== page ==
Writing to the Romans, the Apostle Paul says that the gospel is the “power of God for salvation…” The Corinthians are told that the gospel that was delivered to them was “of first importance…”
It’s the message of Jesus, and all that He endured in order to save sinners. Has this glorious good news yet captivated your heart and imagination? Perhaps Spurgeon can help.


“This is a faithful saying, and worthy of all acceptation, that Christ Jesus came into the world to save sinners; of whom I am chief.”—1 Timothy 1:15.

Main Points:
1. The announcement: Jesus came to save sinners – 4:06
2. Double commendation: faithful saying and worthy of acceptation – 36:35

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The following are select quotes from this sermon.
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This much I know, if there be anything that can make men believe under the hand of God’s most Holy Spirit, it is a true picture of the person of Christ. Seeing is believing in his case. A true view of Christ, a right-looking at him, will most assuredly beget faith in the soul. Oh, I doubt not if ye knew my Master, some of you who are now doubting, and fearing, and trembling, would say, “Oh, I can trust him; a person so divine, and yet so human, ordained and anointed of God, must be worthy of my faith, I can trust him

Despise Christ, and you despise your own mercy. Turn away from him, and you have proved that in his blood there is no efficacy for you. Despise him, and die doing so, die without giving your soul into his hands, and you have given a most awful proof that though the blood of Christ was mighty, yet never was it applied to you, never was it sprinkled on your hearts to the taking away of your sins. If, then, I want to know did Christ so die for me that I may now believe in him, and feel myself to be a saved man, I must answer this question;—Do I feel to-day that I am a sinner? Not, do I say so, as a compliment, but do I feel it? In my inmost soul is that a truth printed in great capitals of burning fire—I am a sinner? Then, if it be so, Christ died for me; I am included in his special purpose. The covenant of grace includes my name in the ancient roll of eternal election; there my person is recorded, and I shall, without a doubt, be saved, if now, feeling myself to be a sinner, I cast myself upon that simple truth, believing it and trusting in it to be my sheet anchor in every time of trouble.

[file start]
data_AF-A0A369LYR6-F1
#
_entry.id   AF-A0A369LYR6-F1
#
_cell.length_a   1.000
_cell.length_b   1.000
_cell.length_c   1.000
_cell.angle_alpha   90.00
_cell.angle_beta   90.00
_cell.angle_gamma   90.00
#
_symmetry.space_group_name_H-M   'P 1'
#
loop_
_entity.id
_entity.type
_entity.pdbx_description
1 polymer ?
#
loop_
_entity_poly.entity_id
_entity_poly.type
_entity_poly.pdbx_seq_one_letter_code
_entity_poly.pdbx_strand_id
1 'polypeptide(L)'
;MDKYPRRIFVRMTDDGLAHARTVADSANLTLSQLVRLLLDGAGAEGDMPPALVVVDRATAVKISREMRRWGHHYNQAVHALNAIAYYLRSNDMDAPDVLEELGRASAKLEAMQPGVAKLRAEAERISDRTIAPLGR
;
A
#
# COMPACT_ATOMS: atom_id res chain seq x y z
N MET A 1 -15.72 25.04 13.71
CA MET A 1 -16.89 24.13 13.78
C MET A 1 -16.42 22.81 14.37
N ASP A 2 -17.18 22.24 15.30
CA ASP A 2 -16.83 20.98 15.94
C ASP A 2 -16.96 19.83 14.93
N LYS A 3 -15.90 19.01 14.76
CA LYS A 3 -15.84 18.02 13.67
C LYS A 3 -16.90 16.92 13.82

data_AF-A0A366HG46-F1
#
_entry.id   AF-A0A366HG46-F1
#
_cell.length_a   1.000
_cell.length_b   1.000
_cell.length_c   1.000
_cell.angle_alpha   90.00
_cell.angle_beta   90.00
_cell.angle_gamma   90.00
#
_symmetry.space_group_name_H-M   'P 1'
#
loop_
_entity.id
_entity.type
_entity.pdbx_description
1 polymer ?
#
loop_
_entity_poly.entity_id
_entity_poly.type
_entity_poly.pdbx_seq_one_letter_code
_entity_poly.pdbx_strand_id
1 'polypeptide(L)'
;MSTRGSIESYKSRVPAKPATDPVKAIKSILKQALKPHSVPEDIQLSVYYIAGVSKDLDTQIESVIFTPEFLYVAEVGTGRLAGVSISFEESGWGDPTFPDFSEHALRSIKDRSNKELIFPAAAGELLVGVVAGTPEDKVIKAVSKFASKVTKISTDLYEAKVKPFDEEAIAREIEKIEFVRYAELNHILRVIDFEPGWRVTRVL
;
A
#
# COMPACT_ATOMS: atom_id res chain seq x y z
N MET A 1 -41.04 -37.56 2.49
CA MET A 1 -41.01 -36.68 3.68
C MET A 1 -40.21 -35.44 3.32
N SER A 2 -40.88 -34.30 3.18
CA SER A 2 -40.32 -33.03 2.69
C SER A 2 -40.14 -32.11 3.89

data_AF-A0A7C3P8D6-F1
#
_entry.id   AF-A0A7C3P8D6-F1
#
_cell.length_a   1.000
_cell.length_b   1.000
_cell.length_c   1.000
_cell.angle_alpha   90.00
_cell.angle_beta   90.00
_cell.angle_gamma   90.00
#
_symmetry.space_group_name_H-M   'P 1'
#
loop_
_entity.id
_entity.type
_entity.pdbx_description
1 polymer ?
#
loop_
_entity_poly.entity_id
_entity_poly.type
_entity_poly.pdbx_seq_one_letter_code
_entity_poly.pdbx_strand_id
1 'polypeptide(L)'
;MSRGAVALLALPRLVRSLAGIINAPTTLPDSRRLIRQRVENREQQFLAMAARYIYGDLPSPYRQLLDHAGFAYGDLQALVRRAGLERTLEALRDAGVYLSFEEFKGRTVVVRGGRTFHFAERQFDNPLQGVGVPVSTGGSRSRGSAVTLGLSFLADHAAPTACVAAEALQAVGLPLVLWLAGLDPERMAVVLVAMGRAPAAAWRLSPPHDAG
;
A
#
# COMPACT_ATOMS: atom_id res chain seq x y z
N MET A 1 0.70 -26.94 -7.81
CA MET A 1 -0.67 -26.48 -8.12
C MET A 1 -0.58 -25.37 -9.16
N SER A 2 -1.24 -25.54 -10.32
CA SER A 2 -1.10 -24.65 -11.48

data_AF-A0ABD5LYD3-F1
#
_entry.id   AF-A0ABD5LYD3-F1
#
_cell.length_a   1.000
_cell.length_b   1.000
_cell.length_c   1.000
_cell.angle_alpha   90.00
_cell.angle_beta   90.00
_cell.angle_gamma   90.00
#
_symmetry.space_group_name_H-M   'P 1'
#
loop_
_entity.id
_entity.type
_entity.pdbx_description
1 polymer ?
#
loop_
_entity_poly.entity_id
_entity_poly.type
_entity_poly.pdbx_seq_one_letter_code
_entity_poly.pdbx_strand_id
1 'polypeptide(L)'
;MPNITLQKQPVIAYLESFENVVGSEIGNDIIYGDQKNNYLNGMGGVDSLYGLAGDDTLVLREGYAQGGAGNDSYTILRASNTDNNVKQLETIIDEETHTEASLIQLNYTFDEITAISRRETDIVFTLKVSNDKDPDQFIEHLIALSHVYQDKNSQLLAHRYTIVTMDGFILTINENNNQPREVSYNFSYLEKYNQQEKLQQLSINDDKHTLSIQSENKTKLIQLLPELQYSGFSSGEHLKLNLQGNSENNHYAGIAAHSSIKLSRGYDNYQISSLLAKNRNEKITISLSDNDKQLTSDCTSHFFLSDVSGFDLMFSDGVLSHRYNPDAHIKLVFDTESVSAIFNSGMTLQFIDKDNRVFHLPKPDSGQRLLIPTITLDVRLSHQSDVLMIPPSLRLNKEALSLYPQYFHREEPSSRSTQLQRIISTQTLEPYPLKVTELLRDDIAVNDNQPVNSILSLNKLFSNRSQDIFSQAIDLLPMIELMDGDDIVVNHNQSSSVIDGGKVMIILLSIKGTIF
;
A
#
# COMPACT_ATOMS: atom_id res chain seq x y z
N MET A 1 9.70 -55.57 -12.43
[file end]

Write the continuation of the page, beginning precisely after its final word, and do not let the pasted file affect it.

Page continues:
Brethren, if you want a picture to show you what is meant by being saved, let me give it to you here. There is a poor wretch who has lived many a year in the grossest sin; so inured to sin has he become, that the Ethiopian might sooner change his skin than he could learn to do well. Drunkenness, and vice, and folly have cast their iron net about him, and he has become loathsome and unable to escape from his loathsomeness. Do you see him? He is tottering onwards to his ruin. From childhood to youth, from youth to manhood, he has sinned right on; and now he is going towards his last days. The pit of hell is flaring across his path, flinging its frightful rays immediately before his face, and yet he sees it not: he still goes on in his wickedness, despising God and hating his own salvation. Leave him there. A few years have passed, and now hear another story. Do you see that spirit yonder—foremost among the ranks, most sweetly singing the praises of God? Do you mark it robed in white, an emblem of its purity? Do you see it as it casts its crown before the feet of Jesus, and acknowledges him the Lord of all? Hark! do you hear it as it sings the sweetest song that ever charmed Paradise itself? Listen to it, its song is this:—